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This weekly course covers the most common questions videographers encounter when shooting and editing with DSLR cameras, from choosing a frame size and frame rate to understanding moiré. Authors Rich Harrington and Robbie Carman will also help you understand the impacts of compression and the difference between cropped (or micro 4/3rds) and full-sized sensors in cameras, and much more. This continual FAQ guide is a handy way to find the answers to the questions that plague you the most.
Rich Harrington: Hi, my name's Rich Harrington. Robbie Carman: And I'm Robbie Carman. Rich Harrington: Robbie, this week we're going to take a look at something that, I would say is, unique to a music video workflow. Robbie Carman: Yeah, totally. It's, I mean it's a specific thing that you're going to do for, essentially having an artist in the field lip-synch to their, you know, his or her music. Rich Harrington: Yeah, and it's pretty simple. What we're going to do is create a click track and the benefit of the click track is that it helps really both parties, right? The performer gets a little bit of an indication like the song is about to start so they don't react suddenly, and the crew is got a countdown, to let them know, oh, I should be ready on my first shot.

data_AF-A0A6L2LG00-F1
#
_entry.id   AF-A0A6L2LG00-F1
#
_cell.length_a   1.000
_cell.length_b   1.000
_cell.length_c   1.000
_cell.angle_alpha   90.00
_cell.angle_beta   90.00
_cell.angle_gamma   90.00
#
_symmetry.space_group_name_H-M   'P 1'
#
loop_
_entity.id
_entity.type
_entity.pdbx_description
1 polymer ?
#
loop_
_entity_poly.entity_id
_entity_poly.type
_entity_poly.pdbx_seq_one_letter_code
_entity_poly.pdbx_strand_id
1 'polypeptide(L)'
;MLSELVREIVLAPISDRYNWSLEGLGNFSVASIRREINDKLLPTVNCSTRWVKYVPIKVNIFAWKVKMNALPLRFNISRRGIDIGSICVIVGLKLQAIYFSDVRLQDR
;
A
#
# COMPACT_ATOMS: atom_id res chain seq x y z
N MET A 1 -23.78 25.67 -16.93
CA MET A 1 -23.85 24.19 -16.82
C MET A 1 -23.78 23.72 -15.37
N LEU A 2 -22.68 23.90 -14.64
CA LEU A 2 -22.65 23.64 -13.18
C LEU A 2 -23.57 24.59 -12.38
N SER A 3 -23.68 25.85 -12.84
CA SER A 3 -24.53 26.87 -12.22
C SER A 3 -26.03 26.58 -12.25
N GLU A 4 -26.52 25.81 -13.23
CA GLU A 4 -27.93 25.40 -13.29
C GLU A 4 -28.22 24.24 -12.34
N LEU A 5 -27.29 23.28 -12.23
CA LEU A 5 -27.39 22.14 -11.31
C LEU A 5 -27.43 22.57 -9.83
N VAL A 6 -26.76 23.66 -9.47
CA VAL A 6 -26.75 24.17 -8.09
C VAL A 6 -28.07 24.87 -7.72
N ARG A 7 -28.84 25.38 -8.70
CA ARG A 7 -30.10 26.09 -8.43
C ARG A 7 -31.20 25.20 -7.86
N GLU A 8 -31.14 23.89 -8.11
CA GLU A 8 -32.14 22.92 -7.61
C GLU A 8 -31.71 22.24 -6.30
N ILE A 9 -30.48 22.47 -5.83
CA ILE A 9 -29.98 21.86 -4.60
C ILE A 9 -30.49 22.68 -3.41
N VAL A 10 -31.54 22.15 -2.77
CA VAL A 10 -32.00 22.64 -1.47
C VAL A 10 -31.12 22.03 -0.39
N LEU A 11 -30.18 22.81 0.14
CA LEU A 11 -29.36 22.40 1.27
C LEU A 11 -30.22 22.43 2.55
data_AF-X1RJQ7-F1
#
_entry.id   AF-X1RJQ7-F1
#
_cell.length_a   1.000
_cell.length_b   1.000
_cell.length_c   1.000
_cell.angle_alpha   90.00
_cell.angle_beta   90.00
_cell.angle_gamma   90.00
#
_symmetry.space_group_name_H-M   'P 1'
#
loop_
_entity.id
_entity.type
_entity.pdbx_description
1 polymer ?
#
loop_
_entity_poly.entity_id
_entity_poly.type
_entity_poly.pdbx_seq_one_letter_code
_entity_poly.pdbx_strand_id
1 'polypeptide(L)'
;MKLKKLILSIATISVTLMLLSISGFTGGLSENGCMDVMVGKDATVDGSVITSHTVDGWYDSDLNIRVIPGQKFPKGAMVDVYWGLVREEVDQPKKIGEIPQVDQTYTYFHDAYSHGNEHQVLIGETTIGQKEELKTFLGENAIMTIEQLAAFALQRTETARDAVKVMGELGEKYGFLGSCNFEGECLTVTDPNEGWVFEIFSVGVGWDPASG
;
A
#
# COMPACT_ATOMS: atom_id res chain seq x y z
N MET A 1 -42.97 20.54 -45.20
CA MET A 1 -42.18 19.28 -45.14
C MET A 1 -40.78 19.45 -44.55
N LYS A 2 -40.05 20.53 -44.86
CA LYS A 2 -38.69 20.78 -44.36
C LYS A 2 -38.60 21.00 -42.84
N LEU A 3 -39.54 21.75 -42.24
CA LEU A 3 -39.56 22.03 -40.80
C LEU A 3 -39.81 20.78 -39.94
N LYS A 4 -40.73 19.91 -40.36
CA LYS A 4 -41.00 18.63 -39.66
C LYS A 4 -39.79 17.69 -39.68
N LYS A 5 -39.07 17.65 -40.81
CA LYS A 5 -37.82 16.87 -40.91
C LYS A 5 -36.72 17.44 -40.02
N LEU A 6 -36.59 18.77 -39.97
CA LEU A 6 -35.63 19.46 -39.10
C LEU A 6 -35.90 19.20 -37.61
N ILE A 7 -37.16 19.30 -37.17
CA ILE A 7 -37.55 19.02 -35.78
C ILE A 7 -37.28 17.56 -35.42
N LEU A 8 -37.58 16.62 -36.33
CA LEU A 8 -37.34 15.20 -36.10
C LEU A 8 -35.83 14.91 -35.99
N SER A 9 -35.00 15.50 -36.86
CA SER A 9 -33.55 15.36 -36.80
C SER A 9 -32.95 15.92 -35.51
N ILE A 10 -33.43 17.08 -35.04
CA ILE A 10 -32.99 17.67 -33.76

Robbie Carman: Yeah, because the worst thing that can happen is, okay guys, everybody ready? And then all of a sudden, the song just starts, right? Rich Harrington: Yeah. Robbie Carman: You need kind of a lead in. And a, a good way of sort of thinking about this in your head will be the same way that you would do say a countdown for a finished project going back to tape. Right? Where you're going to have a slate and beeps and that kind of stuff. And it's those beeps or those clicks that are going to prepare everybody that, oh, okay, every second there's a beep. And then after the last beep, that's when the song starts. Rich Harrington: All right. So we're going to walk you through how to create one of these. You could do this with any NLE tool or any audio editing tool.
It's really quite simple. But I recommend you get this done before you get on location. And then you can take the file and transfer it to an iPad or an iPhone or your cellphone, a media player, anything for playback on set. But when we come back, we're going to go ahead and build one of these really quick.
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